ERF Occasional Papers
Revisiting Learning: The Treasure Within - Assessing the impact of the 1996 ‘Delors Report’
ERF Occasional Paper No 4
Published by UNESCO in 1996, Learning: The treasure within, or the Report of the Delors Commission on Education for the Twenty-first Century, proposed an integrated vision for education worldwide. Much like the Faure report Learning to Be which was published a quarter of century earlier in 1972, the ‘Delors’ report has been widely considered to be a key worldwide reference on the conceptualisation of education and learning. What has been said since then about the vision and the paradigms of lifelong learning and learning to be, to know, to do and to live together? What do we know about the influence and impact that this vision has had both on international, as well as on national educational discourse, policy and practice? This paper discusses these questions as a basis for the revisiting of the report in order to determine the degree of continued relevance of this vision for education in light of societal transformations since the mid-1990s.
Desire and Doubt: Driving Forces of Creativity and Rationality?
ERF Occasional Paper No 3
Human beings have naturally inherited a set of behaviors in order to live in and sustain their community. These behaviors include the duo creativity and rationality which are at the same time complementary and widely opposed. While creativity uses unconscious cognitive processes and is stimulated by hormones and the desire to understand one’s environment in order to find new path and new way of viewing things, rationality enables human beings to sort out this newly acquired knowledge and select what is true or provable in the bric-a-brac of manufactured knowledge. It is the simultaneous use of both of these capacities that enables human beings to progress in their understanding of their reality without losing themselves in a mass of hypothesis that may prevent them from finding the truth. Still, both of these capacities have in common to rest on doubt and dissidence, on the challenging and questioning of mainstream beliefs, even if they express themselves in different ways. Therefore, stimulated by desire and doubt, feelings inherent in human beings, creativity and rationality won’t cease to participate in the exploration of the human beings reality anytime soon.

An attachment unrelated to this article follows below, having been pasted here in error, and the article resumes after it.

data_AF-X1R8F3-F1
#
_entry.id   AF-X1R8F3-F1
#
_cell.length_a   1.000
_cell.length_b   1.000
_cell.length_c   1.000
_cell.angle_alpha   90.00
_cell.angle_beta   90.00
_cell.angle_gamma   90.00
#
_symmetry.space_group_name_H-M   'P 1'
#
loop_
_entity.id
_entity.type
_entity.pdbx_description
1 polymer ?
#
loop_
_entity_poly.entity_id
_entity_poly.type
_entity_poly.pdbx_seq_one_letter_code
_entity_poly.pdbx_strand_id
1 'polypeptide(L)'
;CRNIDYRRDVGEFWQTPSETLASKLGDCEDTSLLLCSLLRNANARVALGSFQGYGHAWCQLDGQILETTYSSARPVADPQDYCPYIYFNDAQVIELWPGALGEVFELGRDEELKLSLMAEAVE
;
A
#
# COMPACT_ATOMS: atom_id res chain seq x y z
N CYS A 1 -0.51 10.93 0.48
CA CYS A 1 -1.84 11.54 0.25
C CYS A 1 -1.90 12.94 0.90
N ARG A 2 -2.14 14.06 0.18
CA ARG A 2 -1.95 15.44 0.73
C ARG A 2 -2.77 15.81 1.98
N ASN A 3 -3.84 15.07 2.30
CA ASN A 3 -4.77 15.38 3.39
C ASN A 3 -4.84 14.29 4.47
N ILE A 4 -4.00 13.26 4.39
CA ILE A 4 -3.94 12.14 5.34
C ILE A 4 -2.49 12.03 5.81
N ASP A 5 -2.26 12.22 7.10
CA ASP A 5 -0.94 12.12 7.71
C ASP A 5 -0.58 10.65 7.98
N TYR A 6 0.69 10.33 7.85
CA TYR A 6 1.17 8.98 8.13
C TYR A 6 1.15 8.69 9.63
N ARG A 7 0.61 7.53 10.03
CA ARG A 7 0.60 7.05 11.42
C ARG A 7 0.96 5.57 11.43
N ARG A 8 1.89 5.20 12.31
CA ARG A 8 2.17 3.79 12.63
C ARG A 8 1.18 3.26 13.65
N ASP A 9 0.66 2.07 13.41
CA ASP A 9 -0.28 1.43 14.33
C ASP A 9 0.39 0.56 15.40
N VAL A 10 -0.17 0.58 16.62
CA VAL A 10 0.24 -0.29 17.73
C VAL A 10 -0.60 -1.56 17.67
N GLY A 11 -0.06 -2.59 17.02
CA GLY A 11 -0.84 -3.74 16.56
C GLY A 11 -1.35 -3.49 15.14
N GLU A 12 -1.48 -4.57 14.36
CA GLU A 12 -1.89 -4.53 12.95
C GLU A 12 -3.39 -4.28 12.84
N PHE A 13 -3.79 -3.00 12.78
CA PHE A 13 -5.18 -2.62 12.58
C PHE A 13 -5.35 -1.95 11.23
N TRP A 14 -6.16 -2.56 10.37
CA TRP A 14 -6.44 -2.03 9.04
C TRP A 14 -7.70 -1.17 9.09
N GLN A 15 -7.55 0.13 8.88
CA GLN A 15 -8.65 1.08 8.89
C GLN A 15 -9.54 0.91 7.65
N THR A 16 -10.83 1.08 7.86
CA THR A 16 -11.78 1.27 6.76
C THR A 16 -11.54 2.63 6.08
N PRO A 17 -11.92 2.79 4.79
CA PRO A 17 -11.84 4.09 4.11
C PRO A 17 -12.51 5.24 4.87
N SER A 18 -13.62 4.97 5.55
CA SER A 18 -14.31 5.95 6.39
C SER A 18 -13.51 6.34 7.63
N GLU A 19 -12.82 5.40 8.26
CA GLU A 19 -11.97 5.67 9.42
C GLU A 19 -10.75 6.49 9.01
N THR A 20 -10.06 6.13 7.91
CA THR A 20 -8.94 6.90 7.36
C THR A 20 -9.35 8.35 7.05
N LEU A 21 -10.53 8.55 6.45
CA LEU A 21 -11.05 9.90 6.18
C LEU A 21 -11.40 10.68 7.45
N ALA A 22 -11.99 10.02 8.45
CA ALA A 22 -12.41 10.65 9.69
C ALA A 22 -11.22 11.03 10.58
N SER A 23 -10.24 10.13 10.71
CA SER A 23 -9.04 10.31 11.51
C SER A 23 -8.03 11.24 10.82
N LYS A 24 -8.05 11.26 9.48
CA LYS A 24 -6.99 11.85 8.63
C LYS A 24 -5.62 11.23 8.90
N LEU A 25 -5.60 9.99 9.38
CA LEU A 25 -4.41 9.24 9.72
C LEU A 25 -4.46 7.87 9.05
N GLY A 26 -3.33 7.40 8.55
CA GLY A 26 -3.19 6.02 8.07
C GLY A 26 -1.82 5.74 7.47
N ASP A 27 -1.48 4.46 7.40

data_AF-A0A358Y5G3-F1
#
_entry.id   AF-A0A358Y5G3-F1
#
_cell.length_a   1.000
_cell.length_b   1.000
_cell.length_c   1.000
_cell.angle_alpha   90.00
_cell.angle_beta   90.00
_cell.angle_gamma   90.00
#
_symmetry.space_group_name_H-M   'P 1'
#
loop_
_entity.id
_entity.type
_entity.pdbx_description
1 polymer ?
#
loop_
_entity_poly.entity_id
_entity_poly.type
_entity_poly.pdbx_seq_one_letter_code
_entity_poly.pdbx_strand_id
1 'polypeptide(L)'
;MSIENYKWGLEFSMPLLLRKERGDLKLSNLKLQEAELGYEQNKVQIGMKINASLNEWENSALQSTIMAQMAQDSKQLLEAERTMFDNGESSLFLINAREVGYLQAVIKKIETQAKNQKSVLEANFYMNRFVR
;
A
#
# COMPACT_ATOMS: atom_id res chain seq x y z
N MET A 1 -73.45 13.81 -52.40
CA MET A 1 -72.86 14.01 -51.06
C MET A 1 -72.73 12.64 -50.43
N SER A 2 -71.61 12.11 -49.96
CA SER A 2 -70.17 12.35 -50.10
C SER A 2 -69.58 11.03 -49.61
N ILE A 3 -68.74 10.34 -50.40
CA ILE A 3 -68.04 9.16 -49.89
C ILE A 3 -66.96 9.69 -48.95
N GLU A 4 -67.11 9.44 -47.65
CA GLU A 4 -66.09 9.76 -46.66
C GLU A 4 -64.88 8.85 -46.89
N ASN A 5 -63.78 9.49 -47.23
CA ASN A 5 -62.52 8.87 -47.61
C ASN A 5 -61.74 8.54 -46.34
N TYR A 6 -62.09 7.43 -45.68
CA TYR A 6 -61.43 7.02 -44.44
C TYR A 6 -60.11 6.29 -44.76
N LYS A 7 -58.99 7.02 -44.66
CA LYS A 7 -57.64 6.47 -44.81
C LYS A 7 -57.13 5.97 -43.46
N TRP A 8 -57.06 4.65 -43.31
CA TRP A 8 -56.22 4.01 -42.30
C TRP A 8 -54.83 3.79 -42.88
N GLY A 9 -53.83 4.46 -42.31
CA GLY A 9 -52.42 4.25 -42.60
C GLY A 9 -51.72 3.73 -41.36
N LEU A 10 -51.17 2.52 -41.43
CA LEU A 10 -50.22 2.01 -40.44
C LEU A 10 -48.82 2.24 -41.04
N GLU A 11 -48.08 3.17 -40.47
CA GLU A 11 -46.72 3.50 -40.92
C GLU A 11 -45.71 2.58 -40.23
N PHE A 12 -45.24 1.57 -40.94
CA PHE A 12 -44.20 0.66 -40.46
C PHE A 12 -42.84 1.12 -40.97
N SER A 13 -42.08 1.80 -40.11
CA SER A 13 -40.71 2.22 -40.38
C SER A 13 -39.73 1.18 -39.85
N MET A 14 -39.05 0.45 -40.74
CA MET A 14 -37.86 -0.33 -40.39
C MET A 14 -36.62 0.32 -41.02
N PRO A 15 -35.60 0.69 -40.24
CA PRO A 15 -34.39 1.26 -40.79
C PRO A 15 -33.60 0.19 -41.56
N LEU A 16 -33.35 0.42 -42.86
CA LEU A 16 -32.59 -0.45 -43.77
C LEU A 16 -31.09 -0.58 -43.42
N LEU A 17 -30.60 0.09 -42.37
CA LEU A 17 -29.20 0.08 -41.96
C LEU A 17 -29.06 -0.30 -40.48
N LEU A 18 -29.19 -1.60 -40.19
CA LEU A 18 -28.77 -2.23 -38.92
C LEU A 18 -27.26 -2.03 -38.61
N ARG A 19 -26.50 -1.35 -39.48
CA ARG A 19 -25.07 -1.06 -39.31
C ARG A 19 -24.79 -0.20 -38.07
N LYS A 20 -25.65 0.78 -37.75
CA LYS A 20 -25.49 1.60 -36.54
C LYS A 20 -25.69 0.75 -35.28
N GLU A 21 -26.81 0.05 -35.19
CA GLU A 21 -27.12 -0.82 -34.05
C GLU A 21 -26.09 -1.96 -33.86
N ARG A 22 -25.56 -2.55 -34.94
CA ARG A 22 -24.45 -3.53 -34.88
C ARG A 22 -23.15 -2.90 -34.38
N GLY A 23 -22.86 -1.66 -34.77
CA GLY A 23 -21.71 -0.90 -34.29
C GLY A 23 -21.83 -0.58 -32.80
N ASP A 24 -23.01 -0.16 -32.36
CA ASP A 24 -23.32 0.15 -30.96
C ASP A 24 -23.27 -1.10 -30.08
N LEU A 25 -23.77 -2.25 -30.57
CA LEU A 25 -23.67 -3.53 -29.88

Beyond the Conceptual Maze: The Notion of Quality in education
ERF Occasional Paper No 2
Discussions relative to the quality of education often remain blurred by the lack both of clarity, as well as of a common understanding of what is actually meant by the term quality. Arguably, this has to do with the fact that, rather than an operational concept, quality in education is a notion which commands a seemingly intuitive understanding. As such, there is no single definition or approach, but rather, diverse possible conceptualizations and multiple approaches, each based on widely differing assumptions. This paper takes stock of some of the conceptualizations of the notion of quality in education, as well as of possible analytical approaches, and their underlying assumptions.
The Challenges of Creativity
ERF Occasional Paper No 1
Creativity - or the urge to explore and to invent without knowing in advance how useful the outcome may be - cannot be taught, but it must be detected, recognized and encouraged. This is a challenge both for all forms of learning, as well as for all levels of education. While the purpose of education is to transmit knowledge and to develop the ability to learn how to learn, creativity requires that we learn how to unlearn, and to question established paradigms. Based on an examination of the diverse components and forms of creativity, this paper explores the challenges of fostering creativity in education.